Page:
Pediatric sickle cell disease team uses pain screening to improve care

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Pediatric sickle cell disease team uses pain screening to improve care
Pain catastrophizing boxplots. Panel A includes boxplots of Pain Catastrophizing Scale scores by pain frequency/duration. Panel B includes boxplots of Pain Catastrophizing Scale scores by PPST risk category. Diamonds represent mean values. Credit: Pediatric Blood & Cancer (2024). DOI: 10.1002/pbc.30912

A recent study from researchers at University Hospitals (UH) Connor Whole Health and UH Rainbow Babies & Children’s Hospital describes a quality improvement project where pain screening procedures were embedded within an outpatient pediatric sickle cell disease (SCD) clinic.

The study examined (1) the feasibility of routine pain screening, (2) the prevalence of various clinical pain presentations, and (3) what integrative health and medicine modalities were preferred by youth aged 8 to 18 with SCD.

The study, entitled “Pain Screening in Youth with Sickle Cell Disease: A Quality Improvement Study,” was recently published in the journal Pediatric Blood & Cancer.

Investigators found that the pain screening procedures were feasible when implemented within routine outpatient care. Of the 104 patients screened, 32.7% reported persistent or chronic pain, and 46.2% reported medium or high risk for persistent symptoms and disability. When asked about their preferences for integrative modalities, patients expressed highest interest in music therapy (55.6%) and art therapy (51.9%) and preferred in-person (81.5%) over virtual programming (22.2%).

SCD is an inherited disorder that affects red blood cells. In someone who has SCD, red blood cells become hard, sticky, and C-shaped. When they travel through small blood vessels, they get stuck and clog blood flow. In addition to enduring unpredictable pain crises throughout their lives, many individuals with SCD also suffer from chronic pain.

Unlike other chronic pain conditions, chronic pain in SCD often emerges in adolescence due to the cumulative impact of SCD on bones, blood vessels, and brain function.

“The onset of chronic pain is insidious, and the individual may realize they have more frequent episodes of pain or that their pain never completely disappears after a vaso-occlusive pain episode like it used to; without realizing, they have developed chronic pain.”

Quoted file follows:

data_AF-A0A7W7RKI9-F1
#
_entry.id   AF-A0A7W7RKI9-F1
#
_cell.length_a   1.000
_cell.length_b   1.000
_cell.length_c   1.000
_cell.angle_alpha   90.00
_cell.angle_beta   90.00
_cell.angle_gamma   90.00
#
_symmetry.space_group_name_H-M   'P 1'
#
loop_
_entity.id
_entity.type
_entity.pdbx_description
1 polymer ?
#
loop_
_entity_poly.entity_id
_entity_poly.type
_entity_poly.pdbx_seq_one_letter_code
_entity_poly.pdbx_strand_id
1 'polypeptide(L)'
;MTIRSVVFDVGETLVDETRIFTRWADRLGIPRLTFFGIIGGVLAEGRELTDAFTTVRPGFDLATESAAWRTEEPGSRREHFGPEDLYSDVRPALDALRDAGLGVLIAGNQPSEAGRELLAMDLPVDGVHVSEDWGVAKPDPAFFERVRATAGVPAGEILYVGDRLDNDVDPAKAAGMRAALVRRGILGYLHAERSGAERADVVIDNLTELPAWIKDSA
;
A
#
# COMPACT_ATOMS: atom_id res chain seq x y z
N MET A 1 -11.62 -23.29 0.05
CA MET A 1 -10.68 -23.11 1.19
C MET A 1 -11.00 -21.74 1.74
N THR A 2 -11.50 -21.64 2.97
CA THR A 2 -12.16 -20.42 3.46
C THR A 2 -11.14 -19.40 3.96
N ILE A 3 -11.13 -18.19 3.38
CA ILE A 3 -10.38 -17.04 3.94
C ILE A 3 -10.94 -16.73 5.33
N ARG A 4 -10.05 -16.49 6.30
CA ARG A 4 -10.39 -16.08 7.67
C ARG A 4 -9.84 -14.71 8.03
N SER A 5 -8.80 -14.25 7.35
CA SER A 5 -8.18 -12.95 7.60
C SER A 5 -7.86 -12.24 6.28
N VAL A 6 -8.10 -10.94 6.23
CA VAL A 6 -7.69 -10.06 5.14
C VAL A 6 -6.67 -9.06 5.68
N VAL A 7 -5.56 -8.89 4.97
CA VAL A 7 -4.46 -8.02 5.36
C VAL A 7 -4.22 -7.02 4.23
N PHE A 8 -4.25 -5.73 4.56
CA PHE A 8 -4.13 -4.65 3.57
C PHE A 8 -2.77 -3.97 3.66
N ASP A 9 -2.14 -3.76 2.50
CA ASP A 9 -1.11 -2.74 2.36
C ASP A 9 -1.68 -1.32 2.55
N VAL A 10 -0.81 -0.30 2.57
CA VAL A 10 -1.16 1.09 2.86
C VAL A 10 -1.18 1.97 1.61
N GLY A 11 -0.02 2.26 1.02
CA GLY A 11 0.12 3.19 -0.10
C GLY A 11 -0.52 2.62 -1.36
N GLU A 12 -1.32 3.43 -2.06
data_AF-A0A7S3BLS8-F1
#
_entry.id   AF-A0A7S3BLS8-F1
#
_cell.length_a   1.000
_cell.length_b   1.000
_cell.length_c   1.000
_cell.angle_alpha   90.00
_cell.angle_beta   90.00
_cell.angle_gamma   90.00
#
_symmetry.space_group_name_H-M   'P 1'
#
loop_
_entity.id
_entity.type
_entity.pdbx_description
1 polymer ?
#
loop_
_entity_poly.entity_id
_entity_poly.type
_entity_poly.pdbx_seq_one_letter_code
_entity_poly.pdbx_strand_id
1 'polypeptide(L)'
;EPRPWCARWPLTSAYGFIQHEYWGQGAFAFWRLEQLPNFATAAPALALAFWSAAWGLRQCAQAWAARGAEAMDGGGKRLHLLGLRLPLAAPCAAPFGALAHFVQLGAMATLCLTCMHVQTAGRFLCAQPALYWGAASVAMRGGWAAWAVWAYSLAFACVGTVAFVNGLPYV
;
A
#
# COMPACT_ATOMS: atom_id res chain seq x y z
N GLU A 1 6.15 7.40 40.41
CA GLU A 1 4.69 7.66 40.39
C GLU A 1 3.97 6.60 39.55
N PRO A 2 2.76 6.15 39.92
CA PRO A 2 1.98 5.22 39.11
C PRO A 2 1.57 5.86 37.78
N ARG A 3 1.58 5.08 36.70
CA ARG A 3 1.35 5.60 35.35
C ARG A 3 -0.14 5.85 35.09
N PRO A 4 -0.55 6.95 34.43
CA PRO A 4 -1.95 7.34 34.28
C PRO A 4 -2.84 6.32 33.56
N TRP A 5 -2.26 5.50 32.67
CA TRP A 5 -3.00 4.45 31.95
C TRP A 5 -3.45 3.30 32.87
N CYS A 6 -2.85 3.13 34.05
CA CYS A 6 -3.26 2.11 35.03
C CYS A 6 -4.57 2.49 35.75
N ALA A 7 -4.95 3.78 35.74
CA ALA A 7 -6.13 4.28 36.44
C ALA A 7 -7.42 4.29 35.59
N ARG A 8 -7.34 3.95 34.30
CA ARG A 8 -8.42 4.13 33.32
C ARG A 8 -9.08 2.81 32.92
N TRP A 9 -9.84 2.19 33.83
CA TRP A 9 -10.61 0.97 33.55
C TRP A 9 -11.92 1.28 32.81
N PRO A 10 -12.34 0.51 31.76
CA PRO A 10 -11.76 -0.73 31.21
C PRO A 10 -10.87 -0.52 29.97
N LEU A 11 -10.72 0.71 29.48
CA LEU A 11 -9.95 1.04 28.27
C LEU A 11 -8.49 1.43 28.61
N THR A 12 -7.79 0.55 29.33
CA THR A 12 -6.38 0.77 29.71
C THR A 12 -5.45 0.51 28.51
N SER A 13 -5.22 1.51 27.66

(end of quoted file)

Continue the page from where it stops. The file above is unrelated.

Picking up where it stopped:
“At our center, we seek to manage pain with integrative modalities rather than relying solely on opioids. Early identification of chronic pain through screening increases our chances of successfully managing it with our partners at UH Connor Whole Health,” said Amma Owusu-Ansah, MD, Director of the Pediatric Sickle Cell Anemia Center at UH Rainbow Babies and Children’s Hospital.

During the study, patients completed questions about the frequency and duration of their pain as well as how their pain affects their physical and mental health. Patients screening positive for (1) persistent or chronic pain or (2) medium or high risk for persistent symptoms and disability were asked to answer additional questions about how pain affects their lives, the thoughts they have when they have pain, and what integrative modalities (e.g., music therapy, acupuncture, massage therapy) they would prefer for managing pain.

To implement the pain screening procedures, the research team developed a comprehensive survey database using Research Electronic Data Capture (REDCap). In addition to streamlining the screening process, this novel REDCap database also auto-scored instruments and created a clinical note for providers to document in the electronic health record. Dennis Vroom, a medical student at Case Western Reserve University School of Medicine, helped the Pediatric SCD Team implement the process.

Said Vroom, “Pain screening fit well within the clinic workflow, and it gave patients a way to discuss their pain in new ways with their parents, caregivers, and medical providers by asking not just when and how long they were having pain but how it was affecting their daily life and mental health. This was valuable and made everyone more eager to complete the screening to better understand what the patient was experiencing.”

This study builds upon multiple investigations among individuals with SCD led by UH Connor Whole Health. With the support of the Elisabeth Severance Prentiss Foundation, UH Connor Whole Health has recently focused its research efforts on improving care for youth with chronic painful conditions using integrative modalities.

“What this study adds is a systematic process for us to identify patients at high risk for persistent pain symptoms and disability early so that we can intervene and equip adolescents and young adults with SCD with the skills needed to better manage their pain,” said Samuel Rodgers-Melnick, MPH, MT-BC, co-author of the study.

Rodgers-Melnick led a series of studies demonstrating the benefits of integrative modalities such as massage therapy and music therapy for improving acute pain, health-related quality of life, and the transition from pediatric to adult care among individuals with SCD.

“UH Connor Whole Health is committed to ensuring our modalities are accessible and tailored to the needs and preferences of people with sickle cell disease. By embedding pain screening procedures within routine care, we are better able to serve this population,” said Francoise Adan, MD, Chief Whole Health and Well-being Officer at UH and Director of UH Connor Whole Health.

More information:
Dennis C. Vroom et al, Pain screening in youth with sickle cell disease: A quality improvement study, Pediatric Blood & Cancer (2024). DOI: 10.1002/pbc.30912

Pediatric sickle cell disease team uses pain screening to improve care (2024, February 13)
retrieved 13 February 2024

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